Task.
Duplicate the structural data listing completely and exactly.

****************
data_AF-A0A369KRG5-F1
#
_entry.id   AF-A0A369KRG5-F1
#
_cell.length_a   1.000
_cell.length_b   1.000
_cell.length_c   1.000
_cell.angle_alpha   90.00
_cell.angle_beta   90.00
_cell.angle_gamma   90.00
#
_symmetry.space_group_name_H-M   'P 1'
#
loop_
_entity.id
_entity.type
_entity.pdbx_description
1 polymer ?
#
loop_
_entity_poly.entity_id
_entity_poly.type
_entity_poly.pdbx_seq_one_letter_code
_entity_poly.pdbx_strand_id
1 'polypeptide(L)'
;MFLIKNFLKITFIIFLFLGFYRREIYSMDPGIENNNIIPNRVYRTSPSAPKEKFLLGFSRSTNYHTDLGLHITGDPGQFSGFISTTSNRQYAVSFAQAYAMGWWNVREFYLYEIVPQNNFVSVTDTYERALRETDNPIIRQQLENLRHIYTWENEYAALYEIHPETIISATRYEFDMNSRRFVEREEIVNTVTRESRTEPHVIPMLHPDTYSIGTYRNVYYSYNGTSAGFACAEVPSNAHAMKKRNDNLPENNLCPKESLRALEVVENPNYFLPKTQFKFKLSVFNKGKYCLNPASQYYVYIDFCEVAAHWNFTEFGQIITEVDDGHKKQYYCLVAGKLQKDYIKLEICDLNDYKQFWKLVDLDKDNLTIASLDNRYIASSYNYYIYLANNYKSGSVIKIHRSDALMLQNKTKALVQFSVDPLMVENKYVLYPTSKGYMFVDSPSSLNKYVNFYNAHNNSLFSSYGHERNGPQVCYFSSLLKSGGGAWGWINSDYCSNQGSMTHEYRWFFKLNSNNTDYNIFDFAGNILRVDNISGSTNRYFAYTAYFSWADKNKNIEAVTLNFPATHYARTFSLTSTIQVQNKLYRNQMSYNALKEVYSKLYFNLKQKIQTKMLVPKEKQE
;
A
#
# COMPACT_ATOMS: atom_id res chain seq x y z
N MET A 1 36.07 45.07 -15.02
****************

data_AF-A0A369KRG5-F1
#
_entry.id   AF-A0A369KRG5-F1
#
_cell.length_a   1.000
_cell.length_b   1.000
_cell.length_c   1.000
_cell.angle_alpha   90.00
_cell.angle_beta   90.00
_cell.angle_gamma   90.00
#
_symmetry.space_group_name_H-M   'P 1'
#
loop_
_entity.id
_entity.type
_entity.pdbx_description
1 polymer ?
#
loop_
_entity_poly.entity_id
_entity_poly.type
_entity_poly.pdbx_seq_one_letter_code
_entity_poly.pdbx_strand_id
1 'polypeptide(L)'
;MFLIKNFLKITFIIFLFLGFYRREIYSMDPGIENNNIIPNRVYRTSPSAPKEKFLLGFSRSTNYHTDLGLHITGDPGQFSGFISTTSNRQYAVSFAQAYAMGWWNVREFYLYEIVPQNNFVSVTDTYERALRETDNPIIRQQLENLRHIYTWENEYAALYEIHPETIISATRYEFDMNSRRFVEREEIVNTVTRESRTEPHVIPMLHPDTYSIGTYRNVYYSYNGTSAGFACAEVPSNAHAMKKRNDNLPENNLCPKESLRALEVVENPNYFLPKTQFKFKLSVFNKGKYCLNPASQYYVYIDFCEVAAHWNFTEFGQIITEVDDGHKKQYYCLVAGKLQKDYIKLEICDLNDYKQFWKLVDLDKDNLTIASLDNRYIASSYNYYIYLANNYKSGSVIKIHRSDALMLQNKTKALVQFSVDPLMVENKYVLYPTSKGYMFVDSPSSLNKYVNFYNAHNNSLFSSYGHERNGPQVCYFSSLLKSGGGAWGWINSDYCSNQGSMTHEYRWFFKLNSNNTDYNIFDFAGNILRVDNISGSTNRYFAYTAYFSWADKNKNIEAVTLNFPATHYARTFSLTSTIQVQNKLYRNQMSYNALKEVYSKLYFNLKQKIQTKMLVPKEKQE
;
A
#
# COMPACT_ATOMS: atom_id res chain seq x y z
N MET A 1 36.07 45.07 -15.02